Whether you’re going for a casual pedal around your city streets or something more exhilarating on a mountain biking track, there’s no denying it can be a rewarding form of exercise. While cycling is a fun pastime on your own, it becomes a social occasion with friends.

What’s more, it’s good for your body. If you bike at a moderate speed of 19km per hour, you can lose up to 298 calories in just half an hour.

Attend a Group Fitness Class

Going to a gym class on your own can be quite daunting at first. You can also struggle with motivation to turn up in the first place. However, if a friend enrols with you, you rely upon each other to attend. You can end up having a lot of fun and getting that much-needed 30 minutes of moderate to intense exercise every day.

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How to Heal Strained Muscles from Exercise

Most people are aware of how critical exercise can be for your fitness and health. In saying that, there may come a time when your body says, wow, that was a bit too hard. You may just end up with a strained or pulled muscle as a result. So, what can you do about those pulled and strained muscles so that you can be back in action as soon as possible?

How Do You Pull or Strain a Muscle?

Before we help you take care of your pulled or strained muscle, it’s essential to get to know how they come about in the first place. Extensive pressure, sudden pressure, or overstretching are the most common causes. They can happen during a regular workout or during everyday tasks such as lifting something heavy or moving in a way you don’t usually.

A strained muscle can be quite painful, but it’s also something you can take care of at home. If, however, you feel extreme pain that doesn’t subside, a trip to your doctor may be in order.

How to Know You’ve Pulled a Muscle

When you pull a muscle during exercise, you will most likely know about it. A spasming feeling often follows immediate pain. You may also notice redness, bruising, swelling, weakness, and limited flexibility. The discomfort may also continue long after that muscle or muscles are at rest.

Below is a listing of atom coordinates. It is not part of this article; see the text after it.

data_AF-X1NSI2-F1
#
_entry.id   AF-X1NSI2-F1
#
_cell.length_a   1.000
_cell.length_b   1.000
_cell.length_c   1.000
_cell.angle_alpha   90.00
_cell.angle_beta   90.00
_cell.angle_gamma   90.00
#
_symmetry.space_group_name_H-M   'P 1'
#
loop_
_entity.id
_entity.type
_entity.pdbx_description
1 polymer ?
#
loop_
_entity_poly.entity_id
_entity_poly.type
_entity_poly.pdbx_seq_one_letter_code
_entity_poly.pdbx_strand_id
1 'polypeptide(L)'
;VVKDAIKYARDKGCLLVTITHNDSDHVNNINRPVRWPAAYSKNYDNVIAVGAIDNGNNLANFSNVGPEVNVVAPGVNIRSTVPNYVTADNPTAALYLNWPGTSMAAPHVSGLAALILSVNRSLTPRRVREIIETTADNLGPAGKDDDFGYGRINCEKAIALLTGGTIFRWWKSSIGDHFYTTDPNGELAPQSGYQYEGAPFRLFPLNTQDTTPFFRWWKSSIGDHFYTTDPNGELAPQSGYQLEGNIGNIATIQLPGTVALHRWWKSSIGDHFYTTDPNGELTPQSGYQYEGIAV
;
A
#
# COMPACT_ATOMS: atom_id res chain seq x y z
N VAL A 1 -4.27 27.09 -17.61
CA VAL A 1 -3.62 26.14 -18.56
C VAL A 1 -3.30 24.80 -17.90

Pain from a strained muscle usually dissipates after a day. However, ongoing discomfort may mean you’ve got a sprain or tear, rather than a strain.

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What’s the Difference Between Dermal Fillers and Botox?

Many of us don’t like the thought of getting older. It’s not so much the aging, as the side effects of getting older. That’s why many people look at Botox and dermal fillers as a way to combat some of those more common side effects – wrinkles.

But during your homework phase, you may come across mention of both Botox and dermal fillers. What’s the difference, and do you need one or the other to slow down the signs of aging? Read on to find out.

What is Botox?

Botox is a cosmetic injectable and muscle relaxer made from bacteria. For over two decades, it has been used to treat muscular conditions and neurological disorders that result in muscle weakness. It’s even useful for the treatment of migraines, overactive bladder, and vaginismus.

Its use in the cosmetic field is also widely known, for it can treat the wrinkles that form between your eyebrows and around your mouth and eyes. As you age, these wrinkles become more pronounced, and the job of Botox is to relax them and reduce their appearance.

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How to Avoid Shin Splints During Exercise

Have you ever noticed an intense pain in the front of your lower legs, next to your shin bones, during exercise? No matter your fitness level, that pain you’re experiencing may be shin splints, or medial tibial stress syndrome, as the condition is also known.

Shin splints occur when you put too much stress on your tibia, or the muscle next to the tibia, during exercise. High energy exercise programmes and sports can be to blame. However, you can also experience shin splints after a lot of running or jumping.

As painful as they can be, they are not permanent. There are things you can do to avoid them and treat them.

Stretching

Before you begin exercising, take the time to stretch your hamstrings and calf muscles. Having tight muscles in your legs can put you at a higher risk of suffering from shin splints.

Transition Through Exercises Carefully

Even if you at the top of your game when it comes to fitness, it still pays to transition through exercises carefully. This means avoiding a sudden increase in activity when your body is not expecting it.